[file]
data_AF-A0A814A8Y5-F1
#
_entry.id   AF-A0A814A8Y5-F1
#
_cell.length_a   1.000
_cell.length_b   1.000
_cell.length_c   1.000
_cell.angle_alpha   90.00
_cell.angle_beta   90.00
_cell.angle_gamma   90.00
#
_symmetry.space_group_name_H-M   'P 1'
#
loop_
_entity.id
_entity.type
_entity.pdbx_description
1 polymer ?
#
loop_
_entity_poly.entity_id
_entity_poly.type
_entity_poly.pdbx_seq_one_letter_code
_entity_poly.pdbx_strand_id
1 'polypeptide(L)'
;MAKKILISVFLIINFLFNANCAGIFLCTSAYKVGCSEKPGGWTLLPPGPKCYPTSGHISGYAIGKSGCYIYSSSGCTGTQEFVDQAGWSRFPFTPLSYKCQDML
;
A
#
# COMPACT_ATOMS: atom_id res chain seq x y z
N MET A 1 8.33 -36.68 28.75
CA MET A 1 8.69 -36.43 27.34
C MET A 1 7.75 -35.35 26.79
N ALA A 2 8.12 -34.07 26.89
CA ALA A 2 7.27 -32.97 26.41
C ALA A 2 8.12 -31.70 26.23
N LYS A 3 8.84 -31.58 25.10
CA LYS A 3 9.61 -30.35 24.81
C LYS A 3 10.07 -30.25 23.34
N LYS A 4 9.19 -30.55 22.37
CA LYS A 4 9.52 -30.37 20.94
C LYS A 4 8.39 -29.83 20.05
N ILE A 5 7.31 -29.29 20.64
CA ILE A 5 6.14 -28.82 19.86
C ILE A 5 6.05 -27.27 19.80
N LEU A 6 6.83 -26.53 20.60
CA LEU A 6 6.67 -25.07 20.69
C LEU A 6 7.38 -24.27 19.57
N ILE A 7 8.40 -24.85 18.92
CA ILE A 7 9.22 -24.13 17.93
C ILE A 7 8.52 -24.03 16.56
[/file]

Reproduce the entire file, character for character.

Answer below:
data_AF-A0A814A8Y5-F1
#
_entry.id   AF-A0A814A8Y5-F1
#
_cell.length_a   1.000
_cell.length_b   1.000
_cell.length_c   1.000
_cell.angle_alpha   90.00
_cell.angle_beta   90.00
_cell.angle_gamma   90.00
#
_symmetry.space_group_name_H-M   'P 1'
#
loop_
_entity.id
_entity.type
_entity.pdbx_description
1 polymer ?
#
loop_
_entity_poly.entity_id
_entity_poly.type
_entity_poly.pdbx_seq_one_letter_code
_entity_poly.pdbx_strand_id
1 'polypeptide(L)'
;MAKKILISVFLIINFLFNANCAGIFLCTSAYKVGCSEKPGGWTLLPPGPKCYPTSGHISGYAIGKSGCYIYSSSGCTGTQEFVDQAGWSRFPFTPLSYKCQDML
;
A
#
# COMPACT_ATOMS: atom_id res chain seq x y z
N MET A 1 8.33 -36.68 28.75
CA MET A 1 8.69 -36.43 27.34
C MET A 1 7.75 -35.35 26.79
N ALA A 2 8.12 -34.07 26.89
CA ALA A 2 7.27 -32.97 26.41
C ALA A 2 8.12 -31.70 26.23
N LYS A 3 8.84 -31.58 25.10
CA LYS A 3 9.61 -30.35 24.81
C LYS A 3 10.07 -30.25 23.34
N LYS A 4 9.19 -30.55 22.37
CA LYS A 4 9.52 -30.37 20.94
C LYS A 4 8.39 -29.83 20.05
N ILE A 5 7.31 -29.29 20.64
CA ILE A 5 6.14 -28.82 19.86
C ILE A 5 6.05 -27.27 19.80
N LEU A 6 6.83 -26.53 20.60
CA LEU A 6 6.67 -25.07 20.69
C LEU A 6 7.38 -24.27 19.57
N ILE A 7 8.40 -24.85 18.92
CA ILE A 7 9.22 -24.13 17.93
C ILE A 7 8.52 -24.03 16.56